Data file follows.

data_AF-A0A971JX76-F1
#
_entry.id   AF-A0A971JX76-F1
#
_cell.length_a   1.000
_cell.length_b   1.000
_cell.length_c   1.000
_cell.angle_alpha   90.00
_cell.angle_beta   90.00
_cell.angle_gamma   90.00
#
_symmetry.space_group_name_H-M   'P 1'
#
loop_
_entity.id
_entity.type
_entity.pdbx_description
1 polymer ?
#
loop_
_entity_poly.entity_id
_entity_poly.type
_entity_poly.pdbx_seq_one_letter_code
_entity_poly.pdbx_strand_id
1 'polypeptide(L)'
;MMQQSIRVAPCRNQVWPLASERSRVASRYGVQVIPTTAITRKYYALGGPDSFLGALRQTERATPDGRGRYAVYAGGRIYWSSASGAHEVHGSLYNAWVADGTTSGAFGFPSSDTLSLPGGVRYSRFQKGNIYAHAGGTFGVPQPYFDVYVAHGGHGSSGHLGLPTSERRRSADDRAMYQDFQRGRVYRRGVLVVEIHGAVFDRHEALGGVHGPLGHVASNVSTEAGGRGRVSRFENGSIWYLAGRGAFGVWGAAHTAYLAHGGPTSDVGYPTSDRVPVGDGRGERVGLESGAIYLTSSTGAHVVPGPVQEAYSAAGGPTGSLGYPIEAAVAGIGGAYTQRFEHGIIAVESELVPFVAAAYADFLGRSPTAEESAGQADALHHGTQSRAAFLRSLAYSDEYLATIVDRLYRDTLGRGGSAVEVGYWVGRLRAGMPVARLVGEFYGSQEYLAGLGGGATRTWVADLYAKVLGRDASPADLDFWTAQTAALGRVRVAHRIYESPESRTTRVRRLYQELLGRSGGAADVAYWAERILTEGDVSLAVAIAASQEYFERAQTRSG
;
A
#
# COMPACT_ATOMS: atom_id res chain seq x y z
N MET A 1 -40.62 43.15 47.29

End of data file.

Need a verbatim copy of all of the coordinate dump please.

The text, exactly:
data_AF-A0A971JX76-F1
#
_entry.id   AF-A0A971JX76-F1
#
_cell.length_a   1.000
_cell.length_b   1.000
_cell.length_c   1.000
_cell.angle_alpha   90.00
_cell.angle_beta   90.00
_cell.angle_gamma   90.00
#
_symmetry.space_group_name_H-M   'P 1'
#
loop_
_entity.id
_entity.type
_entity.pdbx_description
1 polymer ?
#
loop_
_entity_poly.entity_id
_entity_poly.type
_entity_poly.pdbx_seq_one_letter_code
_entity_poly.pdbx_strand_id
1 'polypeptide(L)'
;MMQQSIRVAPCRNQVWPLASERSRVASRYGVQVIPTTAITRKYYALGGPDSFLGALRQTERATPDGRGRYAVYAGGRIYWSSASGAHEVHGSLYNAWVADGTTSGAFGFPSSDTLSLPGGVRYSRFQKGNIYAHAGGTFGVPQPYFDVYVAHGGHGSSGHLGLPTSERRRSADDRAMYQDFQRGRVYRRGVLVVEIHGAVFDRHEALGGVHGPLGHVASNVSTEAGGRGRVSRFENGSIWYLAGRGAFGVWGAAHTAYLAHGGPTSDVGYPTSDRVPVGDGRGERVGLESGAIYLTSSTGAHVVPGPVQEAYSAAGGPTGSLGYPIEAAVAGIGGAYTQRFEHGIIAVESELVPFVAAAYADFLGRSPTAEESAGQADALHHGTQSRAAFLRSLAYSDEYLATIVDRLYRDTLGRGGSAVEVGYWVGRLRAGMPVARLVGEFYGSQEYLAGLGGGATRTWVADLYAKVLGRDASPADLDFWTAQTAALGRVRVAHRIYESPESRTTRVRRLYQELLGRSGGAADVAYWAERILTEGDVSLAVAIAASQEYFERAQTRSG
;
A
#
# COMPACT_ATOMS: atom_id res chain seq x y z
N MET A 1 -40.62 43.15 47.29